The human nose is one of the first things most people notice on the face of another. Not only does your nose serve an aesthetic purpose to balance out your face, but your nose is pretty darn essential to the function of your everyday existence.
Whether you struggle with functional issues, such as a deviated septum, or harbor an insecurity about how your nose looks, this is where rhinoplasty comes in. Learn more about the different types of rhinoplasty on offer today if you’re considering a functional or cosmetic adjustment.
It’s worth noting that not all rhinoplasty procedures require invasive surgery. For example, if you’re looking to fix a droopy tip of the nose, there are non-surgical options. However, when it comes to functional issues, especially internal problems, this may require surgery.
Functional rhinoplasty aims to correct physical abnormalities that affect the way you breathe. Sometimes these abnormalities are a result of congenital defects or trauma to the face. Most functional rhinoplasty procedures re-contour the shape and layout of the cartilage and bones in your nose. The end-goal is to create fully-functional nasal contours that allow you to breathe freely, without obstruction.
When it comes to functional rhinoplasty, there are two forms of surgical technique — either open or closed. Open surgery involves incisions on the outside of the nose. Closed surgery is where a surgeon reshapes your nose from the inside. In order to avoid scarring, most surgeons opt for a closed technique.
Cosmetic Types of Rhinoplasty
In some cases, your nose may perform its functional duties fine and well, but you may be unhappy with the shape, size, or width of your nose. This is where cosmetic rhinoplasty is a game-changer.
When you visit a surgeon, they will do a throughout evaluation of your nose, dividing the area up into three main sections. These include the upper or bony vault, the middle vault, and the lower vault. In order to achieve your desired end-look, your surgeon may have to work on one vault, two vaults, or even three vaults at a time. However, this depends on what you’re trying to correct.
Some of the most common variations of cosmetic rhinoplasty include:
- Straightening Out a Crooked Nose
This procedure is pretty self-explanatory. But if the nose is crooked, or pointed more towards one side of the face, correction is simple. A surgeon removes bone and cartilage or physically shifts some of the tissue to straighten out the nose.
A splint is generally used to hold the nose in place while it heals.
- Radix Correction
The radix is the spot at the very top of the nose and is the thin, bony area that is sometimes enlarged. This then creates a bump at the top of the nose. The radix can also be shallow, which creates a hollow area or depression, as well as a bump at the top of the nose.
In order to correct the radix, a surgeon shaves away small portions of the bone to even it out. Conversely, a surgeon adds volume to a hollow area of the radix with cartilage, harvested from other areas of the nose.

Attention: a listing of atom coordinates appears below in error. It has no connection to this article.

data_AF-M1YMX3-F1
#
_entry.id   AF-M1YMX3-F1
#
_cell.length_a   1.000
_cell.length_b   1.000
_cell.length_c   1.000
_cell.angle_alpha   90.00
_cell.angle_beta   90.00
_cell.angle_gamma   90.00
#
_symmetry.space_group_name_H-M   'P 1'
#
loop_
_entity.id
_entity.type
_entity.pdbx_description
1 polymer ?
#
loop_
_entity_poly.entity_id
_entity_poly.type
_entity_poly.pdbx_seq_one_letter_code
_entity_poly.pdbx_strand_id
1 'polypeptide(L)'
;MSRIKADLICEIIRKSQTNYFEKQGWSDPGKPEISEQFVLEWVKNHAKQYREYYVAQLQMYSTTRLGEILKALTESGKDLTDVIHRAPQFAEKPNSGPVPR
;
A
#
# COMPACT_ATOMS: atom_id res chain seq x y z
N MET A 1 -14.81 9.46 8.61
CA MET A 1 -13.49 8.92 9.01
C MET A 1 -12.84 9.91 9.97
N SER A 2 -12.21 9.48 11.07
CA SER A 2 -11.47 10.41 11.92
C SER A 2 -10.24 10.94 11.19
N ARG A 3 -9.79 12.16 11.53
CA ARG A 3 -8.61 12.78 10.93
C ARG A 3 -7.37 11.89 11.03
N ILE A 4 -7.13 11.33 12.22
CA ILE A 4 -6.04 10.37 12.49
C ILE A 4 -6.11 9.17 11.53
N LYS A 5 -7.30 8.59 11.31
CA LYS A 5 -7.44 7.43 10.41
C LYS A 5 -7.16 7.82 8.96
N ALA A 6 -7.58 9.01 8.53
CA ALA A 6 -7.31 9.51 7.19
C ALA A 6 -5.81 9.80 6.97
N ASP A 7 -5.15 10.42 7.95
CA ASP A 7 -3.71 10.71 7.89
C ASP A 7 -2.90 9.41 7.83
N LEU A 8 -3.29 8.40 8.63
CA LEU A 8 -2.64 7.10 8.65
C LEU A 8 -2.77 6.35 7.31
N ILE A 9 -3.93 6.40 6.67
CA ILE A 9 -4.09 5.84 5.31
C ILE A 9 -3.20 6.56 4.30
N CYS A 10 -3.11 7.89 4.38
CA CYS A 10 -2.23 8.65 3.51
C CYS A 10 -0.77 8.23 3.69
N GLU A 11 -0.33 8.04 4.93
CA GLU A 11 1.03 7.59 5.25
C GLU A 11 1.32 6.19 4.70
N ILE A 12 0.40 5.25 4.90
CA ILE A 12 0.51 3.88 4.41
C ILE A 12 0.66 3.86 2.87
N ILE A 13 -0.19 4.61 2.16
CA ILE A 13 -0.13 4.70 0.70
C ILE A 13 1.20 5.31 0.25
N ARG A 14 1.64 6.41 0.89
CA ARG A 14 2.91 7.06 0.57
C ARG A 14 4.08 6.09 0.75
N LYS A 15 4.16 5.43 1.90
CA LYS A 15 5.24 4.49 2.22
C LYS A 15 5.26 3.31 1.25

- Rotation and Reduction of the Nose Tip
Rotation of the nose means that your nose tip is able to move freely in an upward or downward motion. But if the tip of the nose is pronounced or lacks definition, this can hinder rotation.
A surgeon is able to correct this by reshaping the cartilage in the nose. They will focus on the base of the nose, as this is the area that impacts tension and rotation of the tip. If the nose tip is very pronounced or ”bulbous”, a surgeon adjusts the size and shape by removing or reshaping the cartilage in the area.
- Adjustment of the Nasolabial Angle
The nasolabial angle measures from the tip of the nose to the upper lip, as well as from the upper lip to the bottom of the nose, where the nostrils connect. If you are unhappy with this angle, this can easily be adjusted.
Generally, a surgeon aims to achieve a nasolabial adjustment of a 90-95 degree angle for men and a 100-105 degree angle for women.
- Adjustment of the Alar
If you have overly wide, flared, or pronounced nostrils, a surgeon is able to adjust this with a simple technique.
The outer edges of the nostrils, known as the ala, are reduced in size to make the nose more symmetrical. A portion of tissue is removed, or a surgeon adjusts the level of tension of the ala to reduce nostril flare.
- Reduction of the Width of the Nose
If the bottom half of your nose is particularly flat and wide, this can be adjusted by changing the pyriform aperture. This is the area of the nose that forms a triangle when viewed from underneath — from the edge of the nostrils to the tip of the nose.
By changing the angles of this triangle i.e. where the nostrils meet the face, a surgeon can reduce the width of the nose.
- Narrowing or Straightening the Bridge of the Nose
The bridge of the nose is the central part of the nose that is sometimes pronounced due to extra cartilage in the area. This can create the look of an overly wide, or hooked nose shape when viewing your profile. Conversely, the bridge of the nose can also dip inwards, creating a hollow, and a bump.
The shape of the bridge of the nose can evened out by shaving away cartilage in the area.
Learn How to Live Your Best and Healthy Life
Whether your issue is functional or cosmetic, there are numerous types of rhinoplasty to suit your needs. The key is finding the right surgeon for your specific requirements. Make sure to do your research and don’t just settle for the cheapest option!
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